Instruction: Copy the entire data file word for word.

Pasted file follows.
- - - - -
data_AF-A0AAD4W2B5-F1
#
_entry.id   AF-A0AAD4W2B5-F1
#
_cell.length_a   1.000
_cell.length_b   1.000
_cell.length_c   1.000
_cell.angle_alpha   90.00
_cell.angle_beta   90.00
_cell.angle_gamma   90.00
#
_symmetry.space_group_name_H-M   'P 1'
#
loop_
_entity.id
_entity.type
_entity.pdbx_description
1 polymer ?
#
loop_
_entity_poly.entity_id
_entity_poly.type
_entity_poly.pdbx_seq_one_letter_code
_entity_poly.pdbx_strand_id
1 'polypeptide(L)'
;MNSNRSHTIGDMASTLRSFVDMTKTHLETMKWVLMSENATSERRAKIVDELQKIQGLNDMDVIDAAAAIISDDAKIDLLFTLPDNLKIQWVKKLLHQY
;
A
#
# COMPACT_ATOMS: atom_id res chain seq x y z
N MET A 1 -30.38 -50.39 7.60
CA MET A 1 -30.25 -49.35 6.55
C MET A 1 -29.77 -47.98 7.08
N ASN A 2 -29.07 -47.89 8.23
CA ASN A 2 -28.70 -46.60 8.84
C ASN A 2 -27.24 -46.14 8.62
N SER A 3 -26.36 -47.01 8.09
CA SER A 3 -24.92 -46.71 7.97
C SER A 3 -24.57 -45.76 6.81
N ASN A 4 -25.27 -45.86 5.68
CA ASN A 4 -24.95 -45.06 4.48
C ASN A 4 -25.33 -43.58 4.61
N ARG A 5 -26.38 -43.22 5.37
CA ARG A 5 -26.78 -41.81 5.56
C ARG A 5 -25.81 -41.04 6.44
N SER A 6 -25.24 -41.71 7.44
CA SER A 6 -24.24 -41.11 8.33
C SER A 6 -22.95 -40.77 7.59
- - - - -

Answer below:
data_AF-A0AAD4W2B5-F1
#
_entry.id   AF-A0AAD4W2B5-F1
#
_cell.length_a   1.000
_cell.length_b   1.000
_cell.length_c   1.000
_cell.angle_alpha   90.00
_cell.angle_beta   90.00
_cell.angle_gamma   90.00
#
_symmetry.space_group_name_H-M   'P 1'
#
loop_
_entity.id
_entity.type
_entity.pdbx_description
1 polymer ?
#
loop_
_entity_poly.entity_id
_entity_poly.type
_entity_poly.pdbx_seq_one_letter_code
_entity_poly.pdbx_strand_id
1 'polypeptide(L)'
;MNSNRSHTIGDMASTLRSFVDMTKTHLETMKWVLMSENATSERRAKIVDELQKIQGLNDMDVIDAAAAIISDDAKIDLLFTLPDNLKIQWVKKLLHQY
;
A
#
# COMPACT_ATOMS: atom_id res chain seq x y z
N MET A 1 -30.38 -50.39 7.60
CA MET A 1 -30.25 -49.35 6.55
C MET A 1 -29.77 -47.98 7.08
N ASN A 2 -29.07 -47.89 8.23
CA ASN A 2 -28.70 -46.60 8.84
C ASN A 2 -27.24 -46.14 8.62
N SER A 3 -26.36 -47.01 8.09
CA SER A 3 -24.92 -46.71 7.97
C SER A 3 -24.57 -45.76 6.81
N ASN A 4 -25.27 -45.86 5.68
CA ASN A 4 -24.95 -45.06 4.48
C ASN A 4 -25.33 -43.58 4.61
N ARG A 5 -26.38 -43.22 5.37
CA ARG A 5 -26.78 -41.81 5.56
C ARG A 5 -25.81 -41.04 6.44
N SER A 6 -25.24 -41.71 7.44
CA SER A 6 -24.24 -41.11 8.33
C SER A 6 -22.95 -40.77 7.59